Industrial Hemp/CBD

New! Industrial Hemp Program Registration/License list

Here is a list of the industrial hemp growers, processors and registered products in Utah. This list is updated weekly if there are new entries in any of the categories.

Hemp Products Registration List

Hemp Grower Registration List

Hemp Processor Registration List

The Laws

4-41 Hemp and Cannabidiol Act

  • Individuals can cultivate and process industrial hemp if they are licensed by the Department.
  • Individuals can market industrial hemp and industrial hemp products provided the products have been registered by the Department
  • Cannabidiol (CBD) products may be sold around the state of Utah, provided they are registered with the Department.  

The Rules

All applicants are expected to have read all applicable industrial hemp rules prior to submitting an application.

R68-24 Industrial Hemp Research Pilots Program for Growers

R68-25 Industrial Hemp Research Pilot Program for Processors

R68-26 Industrial Hemp Product Registration and Labeling 

Frequently Asked Questions

Industrial Hemp FAQs

Cannabis Sativa L. that has less than 0.3% THC.
Marijuana is cannabis that contains over 0.3% THC.
Industrial Hemp and Medical Marijuana come from the same genus plant. Similar to the difference between Sweet Corn and Field Corn.  They are both corn, but the purposes are different.  Both products look similar to each other and contain many of the same chemical compounds, however, the concentration of compounds in the two plant species can be vastly different. The legal difference is the amount of Tetrahydrocannabinol (THC) the plant contains.  If the cannabis plant contains more than 0.3% THC it is considered Marijuana.
The Utah Department of Agriculture and Food was identified as the department in the best position to provide regulatory oversight for the identification, cultivation, processing, testing and distribution of hemp-based products.
State law allows for individuals and universities to grow industrial hemp, provided they are licensed by the Department. The Department is currently working on establishing the rules for licensure. Once the rules are in place an individual may apply for a license.  If all requirements are met, the Department may issue a license.
Please read the following from USDA
The purpose of the law is to make sure the product being sold is free from harmful contaminants and matches the label requirements. The Department has established rules for the sale and purchase of CBD oil in the state.  CBD oil registered with the Department, meeting all testing, labeling and other requirements as established by rule, may be purchased in the state of Utah.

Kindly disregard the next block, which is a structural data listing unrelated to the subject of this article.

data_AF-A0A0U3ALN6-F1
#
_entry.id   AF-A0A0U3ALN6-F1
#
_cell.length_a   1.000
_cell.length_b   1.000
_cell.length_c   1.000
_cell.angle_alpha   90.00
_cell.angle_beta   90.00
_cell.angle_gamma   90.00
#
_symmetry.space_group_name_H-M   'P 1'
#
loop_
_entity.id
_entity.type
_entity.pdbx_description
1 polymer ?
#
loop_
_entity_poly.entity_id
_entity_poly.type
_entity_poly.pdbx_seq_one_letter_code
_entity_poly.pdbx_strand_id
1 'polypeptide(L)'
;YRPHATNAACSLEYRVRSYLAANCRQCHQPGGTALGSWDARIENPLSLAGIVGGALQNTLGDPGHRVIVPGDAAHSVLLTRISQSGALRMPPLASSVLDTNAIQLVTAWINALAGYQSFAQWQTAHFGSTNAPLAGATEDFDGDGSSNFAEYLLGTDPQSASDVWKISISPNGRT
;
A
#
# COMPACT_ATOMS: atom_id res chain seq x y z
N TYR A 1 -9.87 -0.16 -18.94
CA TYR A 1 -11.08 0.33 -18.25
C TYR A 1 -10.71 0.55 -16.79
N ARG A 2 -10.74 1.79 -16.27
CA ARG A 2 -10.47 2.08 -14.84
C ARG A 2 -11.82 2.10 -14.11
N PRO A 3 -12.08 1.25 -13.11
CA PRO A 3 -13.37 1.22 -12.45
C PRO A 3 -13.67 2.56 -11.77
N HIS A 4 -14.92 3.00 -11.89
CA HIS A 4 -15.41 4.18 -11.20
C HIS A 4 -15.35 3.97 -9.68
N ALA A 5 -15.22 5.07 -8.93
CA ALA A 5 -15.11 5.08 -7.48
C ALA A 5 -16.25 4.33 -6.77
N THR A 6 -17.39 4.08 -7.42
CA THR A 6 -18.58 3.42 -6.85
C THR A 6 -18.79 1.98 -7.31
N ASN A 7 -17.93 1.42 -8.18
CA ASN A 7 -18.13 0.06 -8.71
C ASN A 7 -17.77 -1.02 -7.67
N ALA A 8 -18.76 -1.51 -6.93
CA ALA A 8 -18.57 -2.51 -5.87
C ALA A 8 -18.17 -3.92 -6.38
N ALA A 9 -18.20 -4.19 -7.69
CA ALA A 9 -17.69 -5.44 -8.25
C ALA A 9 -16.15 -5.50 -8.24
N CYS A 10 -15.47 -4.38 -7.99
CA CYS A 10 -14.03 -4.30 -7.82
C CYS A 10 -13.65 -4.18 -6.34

The Department has established rules governing the registration of CBD products. Any person seeking to register their product must submit an application. See the Industrial Hemp program information and application below.
The product must be registered before it can legally be sold in the state of Utah. Either the manufacturer or the distributor may register the product.
These reports are submitted through the same process as when you first registered as a grower. First go to the "Cannabis Programs" page (found under any of the navigation bar categories, i.e. Farmers, Businesses, Consumers, or Popular Pages). Scroll down until you find the "Industrial Hemp Program Information and Application" bar. Click on it to expand the box and scroll to the bottom to find the link called "Click here to access the industrial hemp application". You can also just click here.
You are not alone my friend. Many have run into this issue. The best way to fix this is to clear your browser history or open an incognito or private window in your web browser. Click here for instructions on how to do this.
Yes, each product SKU registration is $200.
Yes, even if each product line is using the same batch of CBD oil, you will need a separate COA.
FBI background checks must be completed before applying by going to edo.cjis.gov. See the EDO website for instructions. There is an $18 fee and you will need to print and mail the forms along with your fingerprint card. EDO will then respond to the request via email. You will need to go to your local jurisdiction to be fingerprinted. The completed background check used in applying for an industrial hemp license must have been issued no longer than 90 days prior to submitting your grower application.
7 main things we look for on the product labels
  • Brand name

  • Amount of hemp derived contents (mg)

  • Supplement facts

  • Other ingredients

  • Manufacture address

  • Suggested use

  • QR code or website that links customer to COA

7 main things we look for on the Certificate of Analysis (COA)

  • Picture of the product being tested
  • All of the batch/lot information
  • Heavy metal testing
  • Solvent testing
  • Microbial testing
  • Cannabinoid profile
    • Percent of product by dry weight (in mg)
  • Pesticide testing